Why It’s Time For Montreal To Move On From Dale Weise

On Saturday February 9th, the Montreal Canadiens struck a deal with the Philadelphia Flyers which would put Dale Weise back in the bleu blanc et rouge for the second time in his career. At the time, I thought that this would be a strong move for Montreal, however, it hasn’t gone exactly according to plan. He played well when he was with the Habs from 2014-2016 in which he appeared in 152 games over three years spanned with the organization. Weise scored 27 goals and 32 assists, making for 59 points during regular season play. He also had five goals and five assists in 28 Stanley Cup playoff games as a Hab.

When Weise was first acquired with Christian Folin by Montreal, he was sent down to the Laval Rocket, the new Canadiens AHL affiliate. This didn’t come as a surprise as he had been playing with the Lehigh Valley Phantoms prior to rejoining the Canadiens for a second stint. In a combined six games in which he spent in the AHL, Weise had three goals and an assist before being called back to the NHL. Prior to this, however, he would go scoreless in nine consecutive games. As a result of this, the Canadiens decided to go with guys like Matthew Peca and Nate Thompson in favour of the struggling veteran right-winger.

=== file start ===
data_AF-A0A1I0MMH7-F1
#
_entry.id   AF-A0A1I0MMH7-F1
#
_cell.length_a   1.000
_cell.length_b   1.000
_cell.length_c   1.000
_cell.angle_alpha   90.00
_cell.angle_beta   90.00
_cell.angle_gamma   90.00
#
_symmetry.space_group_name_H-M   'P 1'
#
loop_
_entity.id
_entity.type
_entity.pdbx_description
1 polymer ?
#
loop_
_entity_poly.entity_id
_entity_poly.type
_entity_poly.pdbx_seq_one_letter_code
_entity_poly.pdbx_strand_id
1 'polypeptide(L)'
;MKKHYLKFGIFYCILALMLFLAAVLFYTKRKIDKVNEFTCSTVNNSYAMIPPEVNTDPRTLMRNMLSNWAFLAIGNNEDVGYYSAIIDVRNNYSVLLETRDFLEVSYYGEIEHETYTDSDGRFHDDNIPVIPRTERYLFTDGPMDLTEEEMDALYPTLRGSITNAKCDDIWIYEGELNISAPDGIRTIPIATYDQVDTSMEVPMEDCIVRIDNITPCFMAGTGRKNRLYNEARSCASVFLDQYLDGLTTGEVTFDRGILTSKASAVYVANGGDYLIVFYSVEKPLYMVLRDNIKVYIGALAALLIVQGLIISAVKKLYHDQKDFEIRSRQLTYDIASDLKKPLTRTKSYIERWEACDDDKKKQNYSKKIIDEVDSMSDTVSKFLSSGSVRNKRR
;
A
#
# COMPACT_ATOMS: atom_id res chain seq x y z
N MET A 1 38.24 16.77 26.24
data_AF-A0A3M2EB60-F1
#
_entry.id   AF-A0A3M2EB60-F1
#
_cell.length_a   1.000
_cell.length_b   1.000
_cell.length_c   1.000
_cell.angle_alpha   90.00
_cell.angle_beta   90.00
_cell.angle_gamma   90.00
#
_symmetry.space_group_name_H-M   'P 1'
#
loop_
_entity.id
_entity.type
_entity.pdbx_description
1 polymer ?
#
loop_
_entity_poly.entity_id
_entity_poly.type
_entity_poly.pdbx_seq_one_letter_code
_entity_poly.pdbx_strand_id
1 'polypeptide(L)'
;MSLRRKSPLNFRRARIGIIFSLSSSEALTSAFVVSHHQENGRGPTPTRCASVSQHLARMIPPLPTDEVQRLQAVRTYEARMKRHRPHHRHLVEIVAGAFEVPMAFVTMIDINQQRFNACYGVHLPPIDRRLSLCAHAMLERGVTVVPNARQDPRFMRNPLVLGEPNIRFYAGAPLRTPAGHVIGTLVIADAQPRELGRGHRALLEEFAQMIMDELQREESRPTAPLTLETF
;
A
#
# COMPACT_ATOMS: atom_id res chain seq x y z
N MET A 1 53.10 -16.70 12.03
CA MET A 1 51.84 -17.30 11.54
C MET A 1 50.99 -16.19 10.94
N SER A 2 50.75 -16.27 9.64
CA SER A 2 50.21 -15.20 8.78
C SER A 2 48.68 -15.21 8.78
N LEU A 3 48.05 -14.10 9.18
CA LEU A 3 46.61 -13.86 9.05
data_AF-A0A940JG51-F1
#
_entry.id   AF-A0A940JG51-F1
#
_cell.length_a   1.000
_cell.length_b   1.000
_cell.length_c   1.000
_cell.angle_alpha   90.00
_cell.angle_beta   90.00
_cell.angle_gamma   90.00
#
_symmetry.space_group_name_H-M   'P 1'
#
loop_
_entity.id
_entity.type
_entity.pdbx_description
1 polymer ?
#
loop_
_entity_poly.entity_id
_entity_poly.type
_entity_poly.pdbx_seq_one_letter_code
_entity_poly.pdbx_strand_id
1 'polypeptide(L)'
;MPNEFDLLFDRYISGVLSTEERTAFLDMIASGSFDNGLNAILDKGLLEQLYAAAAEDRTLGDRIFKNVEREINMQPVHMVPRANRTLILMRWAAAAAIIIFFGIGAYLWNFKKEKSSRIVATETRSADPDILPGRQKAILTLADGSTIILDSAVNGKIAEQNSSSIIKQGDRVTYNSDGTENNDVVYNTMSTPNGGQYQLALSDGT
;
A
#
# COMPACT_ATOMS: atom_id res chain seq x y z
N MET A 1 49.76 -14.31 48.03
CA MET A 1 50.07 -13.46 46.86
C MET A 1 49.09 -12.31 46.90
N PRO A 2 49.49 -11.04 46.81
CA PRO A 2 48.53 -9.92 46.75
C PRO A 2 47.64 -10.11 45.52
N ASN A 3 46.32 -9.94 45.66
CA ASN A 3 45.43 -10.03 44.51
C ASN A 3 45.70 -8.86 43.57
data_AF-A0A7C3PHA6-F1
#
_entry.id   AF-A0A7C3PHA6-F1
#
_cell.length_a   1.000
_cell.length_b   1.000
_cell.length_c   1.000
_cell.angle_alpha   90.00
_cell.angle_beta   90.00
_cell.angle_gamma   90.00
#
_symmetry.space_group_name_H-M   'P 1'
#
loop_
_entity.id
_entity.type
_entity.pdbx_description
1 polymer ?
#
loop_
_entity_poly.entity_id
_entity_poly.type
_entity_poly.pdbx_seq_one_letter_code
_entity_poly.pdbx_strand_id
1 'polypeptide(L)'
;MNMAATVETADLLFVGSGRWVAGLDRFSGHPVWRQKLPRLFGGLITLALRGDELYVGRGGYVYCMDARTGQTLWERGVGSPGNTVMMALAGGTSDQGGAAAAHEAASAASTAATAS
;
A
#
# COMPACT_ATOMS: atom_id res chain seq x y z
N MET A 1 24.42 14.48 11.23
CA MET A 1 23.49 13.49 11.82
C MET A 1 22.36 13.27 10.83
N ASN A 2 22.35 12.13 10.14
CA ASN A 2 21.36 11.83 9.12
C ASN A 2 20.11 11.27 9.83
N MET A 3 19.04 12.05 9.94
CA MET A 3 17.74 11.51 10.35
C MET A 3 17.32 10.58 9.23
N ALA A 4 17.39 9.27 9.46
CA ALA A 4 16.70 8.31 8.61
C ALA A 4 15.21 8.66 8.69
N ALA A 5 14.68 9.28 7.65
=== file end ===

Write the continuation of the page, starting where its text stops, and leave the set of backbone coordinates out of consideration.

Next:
Montreal has plenty of forwards up front including bottom six guys like Jordan Weal, Paul Byron, Arturri Lehkonen and Joel Armia to name a few. They also have a ton of up and coming talent looking to make the roster including guys like Nick Suzuki and Ryan Poehling. Both of these guys have proven that they are close, if not, NHL ready for next season.

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Suzuki tore apart the Ontario Hockey League in his first year with the Colts last season, putting up 12 goals and 37 assists, making for 49 points collectively for the league’s Guelph Storm. This occurred over the course of 29 regular season games played. Let’s not forget the tear he went on during the OHL playoffs where he recorded 16 goals and 26 assists, making for 42 points in 24 games played.

At the Memorial Cup, Suzuki recorded three goals and four assists, this of course taking place in just a total of four games played. The Canadiens other top prospect, Ryan Poehling, had four goals in his only game with Montreal, including the shootout winner to beat the Leafs in the season finale downtown at the Bell Centre. This is not including any possible offseason acquisitions they plan on making which can further the team’s depth even more.

Now seeing what they have at the NHL level and in the development pool, we can see that Weise obviously doesn’t have a spot on the roster so it begs the question as to what do you do with him? Weise has one year left on his current contract where he would make $2.35 million at the NHL level, meanwhile, he has $1.7 remaining at the American Hockey League level as well. Let’s not forget that they are also paying Karl Alzner over $4.5 million to play for Laval.

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Weise could be used as an AHL vet to help mentor some of the younger guys down in Laval where the Rocket finished the 2018-19 season in seventh place in the league’s North Division. Laval’s season came to an end with a combined record of 30-34-12, failing to make the Calder Cup Playoffs in Joel Bouchard’s first season as the club’s head coach.

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